After more than a year of deliberation, Colby changed the Dean's List standard so that, effective this fall, the top 30 percent of students ranked by the semester's grade point average qualify, assuming they meet all the other specified academic criteria. Previously the requirement was a 3.2 grade point average (3.0 for first-years).
Requirements for Latin honors changed from 3.75 (summa cum laude), 3.5 (magna cum laude), and 3.25 (cum laude), to the top 5, 10, and 20 percent of the graduating class. The Latin honors changes affect students entering in the fall of 2006 or later.
The changes resulted from comparisons with peer schools and the sense that, with almost three quarters of the student body making the Dean's List, the honor was no longer distinctive. Referring to a comment by President William Adams at an open forum about the children of Lake Wobegon, Dean of Faculty Ed Yeterian said, "All the children can't be above average. It's mathematically impossible."
Some students worried that, having made the Dean's List in previous semesters, it would look bad on their records if they no longer receive the honor, said Patrick Sanders '08, who was part of the committee that recommended the changes. But, he said, "If you expect to get this honor then we expect you to work for it."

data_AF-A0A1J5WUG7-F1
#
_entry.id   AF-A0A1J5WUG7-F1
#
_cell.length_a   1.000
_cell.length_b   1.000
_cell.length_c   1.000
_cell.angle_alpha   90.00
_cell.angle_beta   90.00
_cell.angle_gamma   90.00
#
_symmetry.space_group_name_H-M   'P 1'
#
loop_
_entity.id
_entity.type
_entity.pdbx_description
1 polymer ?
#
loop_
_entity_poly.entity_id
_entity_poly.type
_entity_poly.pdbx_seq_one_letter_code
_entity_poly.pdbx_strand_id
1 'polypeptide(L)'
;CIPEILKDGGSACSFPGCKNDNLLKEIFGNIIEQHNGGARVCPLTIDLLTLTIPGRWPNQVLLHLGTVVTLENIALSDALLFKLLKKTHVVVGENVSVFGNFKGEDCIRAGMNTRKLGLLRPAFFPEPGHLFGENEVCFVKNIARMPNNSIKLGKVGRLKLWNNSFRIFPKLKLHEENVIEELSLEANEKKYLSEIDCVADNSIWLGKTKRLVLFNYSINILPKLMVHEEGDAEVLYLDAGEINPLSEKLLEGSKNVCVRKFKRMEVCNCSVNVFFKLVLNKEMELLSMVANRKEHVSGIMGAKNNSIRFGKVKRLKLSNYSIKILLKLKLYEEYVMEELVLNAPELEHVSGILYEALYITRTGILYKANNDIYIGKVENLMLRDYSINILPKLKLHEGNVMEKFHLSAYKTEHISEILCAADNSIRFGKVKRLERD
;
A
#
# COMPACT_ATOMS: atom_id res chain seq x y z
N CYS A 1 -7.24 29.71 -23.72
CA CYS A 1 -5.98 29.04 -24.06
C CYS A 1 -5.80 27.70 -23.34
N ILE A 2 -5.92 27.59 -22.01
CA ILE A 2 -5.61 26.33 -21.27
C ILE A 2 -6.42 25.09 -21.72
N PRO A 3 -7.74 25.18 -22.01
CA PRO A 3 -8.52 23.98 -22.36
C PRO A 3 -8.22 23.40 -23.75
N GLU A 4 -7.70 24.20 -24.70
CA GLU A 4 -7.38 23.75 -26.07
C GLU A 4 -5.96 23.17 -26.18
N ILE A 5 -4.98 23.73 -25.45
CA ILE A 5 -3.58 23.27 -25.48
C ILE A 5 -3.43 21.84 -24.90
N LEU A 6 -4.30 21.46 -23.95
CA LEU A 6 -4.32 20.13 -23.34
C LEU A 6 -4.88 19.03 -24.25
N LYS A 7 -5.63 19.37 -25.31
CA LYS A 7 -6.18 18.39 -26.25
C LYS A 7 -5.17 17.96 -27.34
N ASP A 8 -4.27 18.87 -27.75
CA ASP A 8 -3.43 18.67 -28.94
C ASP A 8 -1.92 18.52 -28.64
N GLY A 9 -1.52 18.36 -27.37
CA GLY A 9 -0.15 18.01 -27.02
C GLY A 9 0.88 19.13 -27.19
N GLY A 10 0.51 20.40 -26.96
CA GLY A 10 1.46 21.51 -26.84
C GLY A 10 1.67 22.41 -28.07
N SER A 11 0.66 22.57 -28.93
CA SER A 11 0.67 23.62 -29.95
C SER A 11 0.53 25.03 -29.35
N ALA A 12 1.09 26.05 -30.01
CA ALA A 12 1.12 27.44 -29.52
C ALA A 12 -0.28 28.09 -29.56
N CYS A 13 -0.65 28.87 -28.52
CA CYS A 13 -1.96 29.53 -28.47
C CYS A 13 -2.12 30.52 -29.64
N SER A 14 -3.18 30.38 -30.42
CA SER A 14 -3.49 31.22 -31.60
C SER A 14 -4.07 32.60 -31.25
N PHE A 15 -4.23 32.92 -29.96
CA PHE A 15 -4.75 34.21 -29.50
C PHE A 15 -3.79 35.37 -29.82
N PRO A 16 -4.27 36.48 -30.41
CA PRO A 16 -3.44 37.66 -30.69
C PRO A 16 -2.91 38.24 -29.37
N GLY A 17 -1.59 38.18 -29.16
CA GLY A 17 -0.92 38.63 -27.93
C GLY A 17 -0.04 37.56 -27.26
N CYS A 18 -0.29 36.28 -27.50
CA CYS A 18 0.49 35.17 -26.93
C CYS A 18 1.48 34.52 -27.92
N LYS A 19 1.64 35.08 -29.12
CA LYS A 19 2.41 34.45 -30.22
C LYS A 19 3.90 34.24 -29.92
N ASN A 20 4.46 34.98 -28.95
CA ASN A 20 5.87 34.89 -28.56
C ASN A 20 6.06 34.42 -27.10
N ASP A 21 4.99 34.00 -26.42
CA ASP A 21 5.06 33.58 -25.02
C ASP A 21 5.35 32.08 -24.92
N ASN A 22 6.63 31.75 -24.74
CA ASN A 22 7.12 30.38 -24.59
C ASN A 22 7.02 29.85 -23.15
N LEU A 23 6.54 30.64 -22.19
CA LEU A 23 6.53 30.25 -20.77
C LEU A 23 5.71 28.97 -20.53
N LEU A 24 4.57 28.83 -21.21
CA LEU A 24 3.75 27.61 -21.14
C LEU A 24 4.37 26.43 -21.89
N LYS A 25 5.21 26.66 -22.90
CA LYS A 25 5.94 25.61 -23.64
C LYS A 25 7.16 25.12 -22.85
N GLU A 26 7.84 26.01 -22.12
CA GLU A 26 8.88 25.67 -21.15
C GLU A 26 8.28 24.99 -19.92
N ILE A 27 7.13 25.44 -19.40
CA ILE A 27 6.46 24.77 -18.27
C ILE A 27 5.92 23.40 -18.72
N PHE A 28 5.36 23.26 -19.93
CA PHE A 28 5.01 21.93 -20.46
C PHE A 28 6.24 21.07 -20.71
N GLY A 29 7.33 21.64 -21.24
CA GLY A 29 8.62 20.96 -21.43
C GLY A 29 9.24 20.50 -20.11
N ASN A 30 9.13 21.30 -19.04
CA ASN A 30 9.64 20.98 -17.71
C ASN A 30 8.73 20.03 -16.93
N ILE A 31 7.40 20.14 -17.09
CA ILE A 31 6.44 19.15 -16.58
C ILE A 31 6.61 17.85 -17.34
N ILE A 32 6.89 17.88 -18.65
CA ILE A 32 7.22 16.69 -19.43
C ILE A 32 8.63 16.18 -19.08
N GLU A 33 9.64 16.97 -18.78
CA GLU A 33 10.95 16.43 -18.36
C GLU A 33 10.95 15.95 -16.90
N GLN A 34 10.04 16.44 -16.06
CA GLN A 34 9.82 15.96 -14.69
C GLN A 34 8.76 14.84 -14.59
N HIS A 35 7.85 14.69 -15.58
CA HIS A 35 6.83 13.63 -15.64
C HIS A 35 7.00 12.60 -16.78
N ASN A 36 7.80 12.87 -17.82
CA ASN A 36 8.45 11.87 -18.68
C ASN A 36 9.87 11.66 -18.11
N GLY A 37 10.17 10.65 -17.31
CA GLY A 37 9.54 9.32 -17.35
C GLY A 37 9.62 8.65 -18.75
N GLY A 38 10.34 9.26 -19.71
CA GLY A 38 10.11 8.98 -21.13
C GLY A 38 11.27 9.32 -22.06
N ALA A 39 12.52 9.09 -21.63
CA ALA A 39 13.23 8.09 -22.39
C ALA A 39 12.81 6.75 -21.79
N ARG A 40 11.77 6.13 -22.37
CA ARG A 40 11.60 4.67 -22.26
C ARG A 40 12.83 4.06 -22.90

In the old system, Sanders said, Dean's List no longer seemed like an honor. But some feel the new system favors students in certain disciplines. "It puts the science and, I could say probably the government students, at a real disadvantage," said Canaan Morse '07, an East Asian studies major. Moreover, "The underlying problem of grade inflation is what makes Dean's List a problem," Morse said. "It's false to argue [...] that the two aren't linked."
Yeterian says the changes were not a response to grade inflation, and that there are many reasons for students earning higher grades, including a more selective admissions process.
Adams tackled grade inflation at the open forum for students. "Grade inflation is one of those hugely vexing issues that faculties frankly have a lot of trouble addressing because it touches upon all kinds of intense feelings of prerogative in the classroom," he said. "I think this faculty will probably take up the issue of grade inflation reasonably soon, but that's for the faculty to decide."